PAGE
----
Perhaps the biggest instigator of The Serious Conversation is suggesting humour at work. Yes, quite ironically, nothing gets some people more straight-faced than the thought of other people laughing.
We understand the fear. Humour can feel like a massive risk, especially when communicating a serious or sensitive topic. There’s the concern of trivialising, making light or making fun of a situation that may be far from funny. The spectre of potential insult looms. There’s also the legitimate fear of a joke falling flat. We’ve all seen what happens when humour takes a big ol’ bellyflop from the high board. The impact is seldom pretty.
Let’s allay those fears. There’s a subtle but definite distinction between seeing humour around a situation, and making light of the message. Comedians walk that line every time they get up on stage. Advertising uses it frequently and very effectively. Let’s trust that empathy will aid us in determining what’s funny, and what’s appropriate.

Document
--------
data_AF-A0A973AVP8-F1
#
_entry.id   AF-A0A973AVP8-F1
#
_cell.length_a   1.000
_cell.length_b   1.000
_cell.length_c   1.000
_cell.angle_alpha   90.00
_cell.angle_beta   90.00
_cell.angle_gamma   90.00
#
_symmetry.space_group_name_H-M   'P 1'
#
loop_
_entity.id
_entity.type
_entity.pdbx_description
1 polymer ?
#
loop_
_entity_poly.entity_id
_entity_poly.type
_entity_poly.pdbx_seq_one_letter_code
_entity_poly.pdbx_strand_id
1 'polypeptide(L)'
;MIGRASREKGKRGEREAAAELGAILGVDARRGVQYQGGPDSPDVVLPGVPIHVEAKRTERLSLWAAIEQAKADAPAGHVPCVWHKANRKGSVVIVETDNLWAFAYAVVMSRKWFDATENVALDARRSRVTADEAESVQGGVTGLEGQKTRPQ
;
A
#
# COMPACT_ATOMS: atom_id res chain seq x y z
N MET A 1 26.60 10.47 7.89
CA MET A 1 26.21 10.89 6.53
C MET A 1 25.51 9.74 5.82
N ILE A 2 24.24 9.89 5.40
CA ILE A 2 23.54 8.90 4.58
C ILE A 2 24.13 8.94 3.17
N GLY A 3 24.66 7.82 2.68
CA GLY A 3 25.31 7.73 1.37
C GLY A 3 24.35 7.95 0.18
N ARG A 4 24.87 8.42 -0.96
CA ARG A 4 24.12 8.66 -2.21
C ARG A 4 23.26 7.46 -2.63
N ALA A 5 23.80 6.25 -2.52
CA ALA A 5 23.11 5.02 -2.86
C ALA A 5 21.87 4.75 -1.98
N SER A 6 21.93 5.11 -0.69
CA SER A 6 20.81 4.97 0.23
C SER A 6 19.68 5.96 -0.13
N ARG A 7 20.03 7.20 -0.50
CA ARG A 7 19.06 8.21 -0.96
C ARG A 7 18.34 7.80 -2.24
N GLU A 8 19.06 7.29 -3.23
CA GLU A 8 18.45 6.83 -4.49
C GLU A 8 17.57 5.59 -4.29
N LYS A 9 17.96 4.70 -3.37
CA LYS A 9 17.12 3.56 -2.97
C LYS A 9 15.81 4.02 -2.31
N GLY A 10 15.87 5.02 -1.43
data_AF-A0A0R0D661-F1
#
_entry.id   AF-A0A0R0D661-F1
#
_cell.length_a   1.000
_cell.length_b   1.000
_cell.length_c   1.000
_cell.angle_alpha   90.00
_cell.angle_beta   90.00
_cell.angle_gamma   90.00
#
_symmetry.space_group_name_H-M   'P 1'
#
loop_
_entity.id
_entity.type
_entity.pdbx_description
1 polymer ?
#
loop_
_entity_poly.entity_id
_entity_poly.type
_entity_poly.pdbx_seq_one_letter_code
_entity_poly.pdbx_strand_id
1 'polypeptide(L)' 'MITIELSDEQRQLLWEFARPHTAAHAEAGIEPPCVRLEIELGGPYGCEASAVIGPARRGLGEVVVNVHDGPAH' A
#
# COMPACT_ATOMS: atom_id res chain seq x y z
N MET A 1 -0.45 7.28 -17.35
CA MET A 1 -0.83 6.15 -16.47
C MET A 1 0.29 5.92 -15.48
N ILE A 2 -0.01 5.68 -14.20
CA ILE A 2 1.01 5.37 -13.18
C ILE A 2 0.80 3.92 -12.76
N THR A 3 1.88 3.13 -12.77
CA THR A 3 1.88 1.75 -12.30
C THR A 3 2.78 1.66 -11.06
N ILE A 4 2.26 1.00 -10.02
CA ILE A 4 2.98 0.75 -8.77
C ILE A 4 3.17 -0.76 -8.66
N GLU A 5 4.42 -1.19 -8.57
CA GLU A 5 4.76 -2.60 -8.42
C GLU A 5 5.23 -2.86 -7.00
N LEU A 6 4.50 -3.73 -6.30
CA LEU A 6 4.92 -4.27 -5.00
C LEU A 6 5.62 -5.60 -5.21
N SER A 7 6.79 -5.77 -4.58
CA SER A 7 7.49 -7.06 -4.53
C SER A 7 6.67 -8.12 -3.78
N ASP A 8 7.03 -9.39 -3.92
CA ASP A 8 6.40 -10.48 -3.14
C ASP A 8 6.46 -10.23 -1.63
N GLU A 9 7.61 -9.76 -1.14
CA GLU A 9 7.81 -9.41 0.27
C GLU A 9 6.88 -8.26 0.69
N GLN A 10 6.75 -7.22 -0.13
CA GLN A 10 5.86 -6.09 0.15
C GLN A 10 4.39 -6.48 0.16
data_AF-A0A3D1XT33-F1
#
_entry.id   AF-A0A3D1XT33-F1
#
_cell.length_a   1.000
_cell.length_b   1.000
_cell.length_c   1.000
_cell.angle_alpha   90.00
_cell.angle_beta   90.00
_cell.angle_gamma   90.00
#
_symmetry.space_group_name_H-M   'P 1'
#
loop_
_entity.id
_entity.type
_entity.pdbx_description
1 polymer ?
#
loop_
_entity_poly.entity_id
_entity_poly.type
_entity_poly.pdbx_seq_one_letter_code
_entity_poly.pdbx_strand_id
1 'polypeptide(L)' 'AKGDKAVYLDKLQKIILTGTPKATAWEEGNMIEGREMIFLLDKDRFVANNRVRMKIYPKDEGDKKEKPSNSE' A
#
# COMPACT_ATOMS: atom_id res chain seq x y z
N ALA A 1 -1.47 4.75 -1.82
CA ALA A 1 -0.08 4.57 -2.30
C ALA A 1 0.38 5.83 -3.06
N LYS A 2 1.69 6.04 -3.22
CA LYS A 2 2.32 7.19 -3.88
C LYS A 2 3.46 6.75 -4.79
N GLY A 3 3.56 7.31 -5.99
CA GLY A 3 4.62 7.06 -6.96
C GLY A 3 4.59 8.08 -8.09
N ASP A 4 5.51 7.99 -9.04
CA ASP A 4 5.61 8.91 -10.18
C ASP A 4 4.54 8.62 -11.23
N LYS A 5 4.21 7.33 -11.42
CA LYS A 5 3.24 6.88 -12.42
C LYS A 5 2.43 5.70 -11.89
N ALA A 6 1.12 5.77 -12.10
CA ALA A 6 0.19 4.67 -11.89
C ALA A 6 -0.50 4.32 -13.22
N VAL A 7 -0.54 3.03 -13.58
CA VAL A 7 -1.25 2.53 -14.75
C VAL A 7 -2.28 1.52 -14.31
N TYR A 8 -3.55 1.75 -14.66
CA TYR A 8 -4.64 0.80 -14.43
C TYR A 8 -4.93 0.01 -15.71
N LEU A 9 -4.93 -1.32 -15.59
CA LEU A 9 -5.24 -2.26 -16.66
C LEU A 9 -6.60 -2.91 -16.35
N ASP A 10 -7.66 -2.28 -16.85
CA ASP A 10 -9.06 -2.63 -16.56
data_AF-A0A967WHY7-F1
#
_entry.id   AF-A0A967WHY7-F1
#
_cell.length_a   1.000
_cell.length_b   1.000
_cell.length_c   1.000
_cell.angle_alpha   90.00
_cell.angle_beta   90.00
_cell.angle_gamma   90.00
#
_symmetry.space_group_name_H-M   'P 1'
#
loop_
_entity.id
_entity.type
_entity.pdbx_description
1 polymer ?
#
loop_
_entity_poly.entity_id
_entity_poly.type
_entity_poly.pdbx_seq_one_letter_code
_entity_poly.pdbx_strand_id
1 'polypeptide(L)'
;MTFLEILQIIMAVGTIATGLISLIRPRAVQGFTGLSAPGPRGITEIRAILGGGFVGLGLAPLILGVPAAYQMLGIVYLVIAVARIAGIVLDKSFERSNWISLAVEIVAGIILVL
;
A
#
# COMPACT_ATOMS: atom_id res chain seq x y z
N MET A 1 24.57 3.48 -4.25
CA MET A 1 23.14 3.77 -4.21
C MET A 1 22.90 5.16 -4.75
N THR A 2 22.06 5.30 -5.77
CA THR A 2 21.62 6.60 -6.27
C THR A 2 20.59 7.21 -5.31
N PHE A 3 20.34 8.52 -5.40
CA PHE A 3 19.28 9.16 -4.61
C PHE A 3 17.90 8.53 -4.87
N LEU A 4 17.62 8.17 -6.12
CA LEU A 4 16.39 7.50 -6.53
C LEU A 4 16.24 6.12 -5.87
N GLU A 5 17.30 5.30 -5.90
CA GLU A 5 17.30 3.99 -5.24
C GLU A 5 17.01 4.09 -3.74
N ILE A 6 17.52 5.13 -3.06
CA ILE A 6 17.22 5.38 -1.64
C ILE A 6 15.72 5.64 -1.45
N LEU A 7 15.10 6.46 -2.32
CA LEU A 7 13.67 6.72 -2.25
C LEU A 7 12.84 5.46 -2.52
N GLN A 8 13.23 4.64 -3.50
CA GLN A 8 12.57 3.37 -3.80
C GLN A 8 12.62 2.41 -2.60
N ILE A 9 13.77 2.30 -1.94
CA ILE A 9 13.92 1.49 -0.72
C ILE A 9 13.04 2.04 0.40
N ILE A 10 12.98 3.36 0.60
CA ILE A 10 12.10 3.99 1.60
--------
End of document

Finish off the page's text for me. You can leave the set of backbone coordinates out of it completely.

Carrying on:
But why even risk it?
Well, research by Wharton, MIT and London Business School has proven that laughter relieves stress and boredom, defuses tension and negativity, increases engagement, promotes wellbeing and positivity, inspires creativity, builds relationships, fosters collaboration, improves motivation and morale, aids learning, hones analytic precision and raises ...